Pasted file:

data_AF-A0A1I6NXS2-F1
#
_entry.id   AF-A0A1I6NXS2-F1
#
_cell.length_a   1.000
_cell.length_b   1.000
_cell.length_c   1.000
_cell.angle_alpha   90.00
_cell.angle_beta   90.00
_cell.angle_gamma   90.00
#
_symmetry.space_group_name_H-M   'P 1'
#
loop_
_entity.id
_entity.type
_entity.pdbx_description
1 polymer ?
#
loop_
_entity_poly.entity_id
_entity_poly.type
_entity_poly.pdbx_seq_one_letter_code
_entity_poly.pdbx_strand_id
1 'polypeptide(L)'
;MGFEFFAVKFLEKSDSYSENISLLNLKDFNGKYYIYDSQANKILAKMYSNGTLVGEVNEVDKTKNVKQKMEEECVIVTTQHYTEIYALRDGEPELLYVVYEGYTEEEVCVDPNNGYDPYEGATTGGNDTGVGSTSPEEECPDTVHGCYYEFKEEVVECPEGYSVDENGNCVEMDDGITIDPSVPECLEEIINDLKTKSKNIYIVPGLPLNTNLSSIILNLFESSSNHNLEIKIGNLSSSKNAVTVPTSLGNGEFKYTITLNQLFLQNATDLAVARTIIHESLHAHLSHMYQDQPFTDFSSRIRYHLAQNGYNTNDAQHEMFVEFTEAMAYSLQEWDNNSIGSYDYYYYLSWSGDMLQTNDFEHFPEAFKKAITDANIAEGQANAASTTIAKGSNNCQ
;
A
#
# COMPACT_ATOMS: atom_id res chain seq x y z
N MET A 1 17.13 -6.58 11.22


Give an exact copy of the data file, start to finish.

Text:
data_AF-A0A1I6NXS2-F1
#
_entry.id   AF-A0A1I6NXS2-F1
#
_cell.length_a   1.000
_cell.length_b   1.000
_cell.length_c   1.000
_cell.angle_alpha   90.00
_cell.angle_beta   90.00
_cell.angle_gamma   90.00
#
_symmetry.space_group_name_H-M   'P 1'
#
loop_
_entity.id
_entity.type
_entity.pdbx_description
1 polymer ?
#
loop_
_entity_poly.entity_id
_entity_poly.type
_entity_poly.pdbx_seq_one_letter_code
_entity_poly.pdbx_strand_id
1 'polypeptide(L)'
;MGFEFFAVKFLEKSDSYSENISLLNLKDFNGKYYIYDSQANKILAKMYSNGTLVGEVNEVDKTKNVKQKMEEECVIVTTQHYTEIYALRDGEPELLYVVYEGYTEEEVCVDPNNGYDPYEGATTGGNDTGVGSTSPEEECPDTVHGCYYEFKEEVVECPEGYSVDENGNCVEMDDGITIDPSVPECLEEIINDLKTKSKNIYIVPGLPLNTNLSSIILNLFESSSNHNLEIKIGNLSSSKNAVTVPTSLGNGEFKYTITLNQLFLQNATDLAVARTIIHESLHAHLSHMYQDQPFTDFSSRIRYHLAQNGYNTNDAQHEMFVEFTEAMAYSLQEWDNNSIGSYDYYYYLSWSGDMLQTNDFEHFPEAFKKAITDANIAEGQANAASTTIAKGSNNCQ
;
A
#
# COMPACT_ATOMS: atom_id res chain seq x y z
N MET A 1 17.13 -6.58 11.22